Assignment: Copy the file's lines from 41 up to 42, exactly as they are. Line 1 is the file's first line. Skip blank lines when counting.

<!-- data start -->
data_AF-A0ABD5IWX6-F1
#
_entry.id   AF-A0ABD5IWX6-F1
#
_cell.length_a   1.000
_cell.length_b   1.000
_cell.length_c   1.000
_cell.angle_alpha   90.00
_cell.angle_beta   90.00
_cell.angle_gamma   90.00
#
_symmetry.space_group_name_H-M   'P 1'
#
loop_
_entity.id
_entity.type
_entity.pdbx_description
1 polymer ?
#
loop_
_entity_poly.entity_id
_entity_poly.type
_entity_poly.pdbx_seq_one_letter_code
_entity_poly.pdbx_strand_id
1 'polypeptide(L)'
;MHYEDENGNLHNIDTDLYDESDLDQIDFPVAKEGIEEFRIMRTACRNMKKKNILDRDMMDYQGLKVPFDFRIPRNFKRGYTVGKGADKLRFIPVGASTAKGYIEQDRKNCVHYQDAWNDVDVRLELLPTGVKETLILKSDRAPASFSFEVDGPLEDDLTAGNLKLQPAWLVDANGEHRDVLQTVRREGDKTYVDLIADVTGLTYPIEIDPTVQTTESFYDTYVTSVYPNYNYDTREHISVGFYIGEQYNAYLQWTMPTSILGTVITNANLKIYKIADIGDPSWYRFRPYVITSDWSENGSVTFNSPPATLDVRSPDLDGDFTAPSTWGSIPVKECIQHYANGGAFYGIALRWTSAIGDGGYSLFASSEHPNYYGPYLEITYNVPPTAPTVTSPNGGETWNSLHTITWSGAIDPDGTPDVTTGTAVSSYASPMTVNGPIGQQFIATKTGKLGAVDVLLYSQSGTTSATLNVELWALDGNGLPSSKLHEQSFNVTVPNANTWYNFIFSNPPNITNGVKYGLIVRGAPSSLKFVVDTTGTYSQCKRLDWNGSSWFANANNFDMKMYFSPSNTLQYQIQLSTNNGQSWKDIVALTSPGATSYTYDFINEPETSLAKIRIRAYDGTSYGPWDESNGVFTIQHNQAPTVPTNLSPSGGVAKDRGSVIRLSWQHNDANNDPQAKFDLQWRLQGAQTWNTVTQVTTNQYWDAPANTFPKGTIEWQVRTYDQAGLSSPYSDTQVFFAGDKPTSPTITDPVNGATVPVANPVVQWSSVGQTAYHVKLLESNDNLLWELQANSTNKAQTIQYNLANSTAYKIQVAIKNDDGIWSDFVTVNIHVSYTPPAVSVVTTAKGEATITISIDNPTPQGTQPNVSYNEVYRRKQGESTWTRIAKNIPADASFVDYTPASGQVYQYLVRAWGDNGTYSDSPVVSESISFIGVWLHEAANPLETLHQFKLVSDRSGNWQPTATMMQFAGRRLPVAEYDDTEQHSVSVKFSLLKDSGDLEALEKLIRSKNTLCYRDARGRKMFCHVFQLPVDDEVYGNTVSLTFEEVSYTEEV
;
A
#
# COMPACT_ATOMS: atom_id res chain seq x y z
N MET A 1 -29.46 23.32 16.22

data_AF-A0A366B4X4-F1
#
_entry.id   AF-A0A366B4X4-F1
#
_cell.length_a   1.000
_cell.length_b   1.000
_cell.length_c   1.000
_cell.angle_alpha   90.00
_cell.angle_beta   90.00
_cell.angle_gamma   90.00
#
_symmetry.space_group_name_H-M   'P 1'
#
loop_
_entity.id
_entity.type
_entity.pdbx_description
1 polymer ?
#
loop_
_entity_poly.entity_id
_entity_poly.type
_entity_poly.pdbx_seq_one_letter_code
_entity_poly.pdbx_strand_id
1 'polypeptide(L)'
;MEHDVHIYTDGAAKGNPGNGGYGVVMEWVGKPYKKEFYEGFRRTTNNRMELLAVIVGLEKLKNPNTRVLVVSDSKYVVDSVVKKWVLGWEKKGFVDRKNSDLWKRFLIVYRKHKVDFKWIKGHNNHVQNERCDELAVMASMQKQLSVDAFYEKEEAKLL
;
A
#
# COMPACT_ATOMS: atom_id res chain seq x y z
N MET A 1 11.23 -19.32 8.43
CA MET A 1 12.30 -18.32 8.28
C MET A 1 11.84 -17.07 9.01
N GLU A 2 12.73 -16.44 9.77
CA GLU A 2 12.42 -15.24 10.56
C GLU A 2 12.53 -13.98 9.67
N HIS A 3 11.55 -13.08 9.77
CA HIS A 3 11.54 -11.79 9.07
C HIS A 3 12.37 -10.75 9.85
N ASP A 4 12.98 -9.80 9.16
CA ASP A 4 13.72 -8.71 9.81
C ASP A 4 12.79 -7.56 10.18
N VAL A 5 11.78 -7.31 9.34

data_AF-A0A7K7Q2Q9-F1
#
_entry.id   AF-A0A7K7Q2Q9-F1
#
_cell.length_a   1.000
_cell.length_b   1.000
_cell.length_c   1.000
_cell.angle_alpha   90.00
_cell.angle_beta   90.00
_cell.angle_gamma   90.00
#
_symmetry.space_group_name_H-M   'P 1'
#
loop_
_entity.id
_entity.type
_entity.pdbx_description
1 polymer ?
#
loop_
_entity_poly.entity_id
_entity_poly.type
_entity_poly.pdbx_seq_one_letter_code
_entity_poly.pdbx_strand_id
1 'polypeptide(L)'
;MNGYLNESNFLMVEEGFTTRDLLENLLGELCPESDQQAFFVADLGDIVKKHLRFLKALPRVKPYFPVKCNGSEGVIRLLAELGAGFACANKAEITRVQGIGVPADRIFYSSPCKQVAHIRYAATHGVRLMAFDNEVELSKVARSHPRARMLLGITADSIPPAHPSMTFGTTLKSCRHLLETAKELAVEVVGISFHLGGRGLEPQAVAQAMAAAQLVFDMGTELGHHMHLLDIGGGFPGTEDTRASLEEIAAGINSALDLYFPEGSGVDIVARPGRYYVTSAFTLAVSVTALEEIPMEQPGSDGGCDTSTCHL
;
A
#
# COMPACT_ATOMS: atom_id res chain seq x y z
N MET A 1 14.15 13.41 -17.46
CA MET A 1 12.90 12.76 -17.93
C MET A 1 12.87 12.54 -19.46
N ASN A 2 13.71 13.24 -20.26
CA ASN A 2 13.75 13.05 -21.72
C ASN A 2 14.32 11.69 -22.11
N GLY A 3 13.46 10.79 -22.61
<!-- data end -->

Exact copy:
_cell.angle_gamma   90.00
#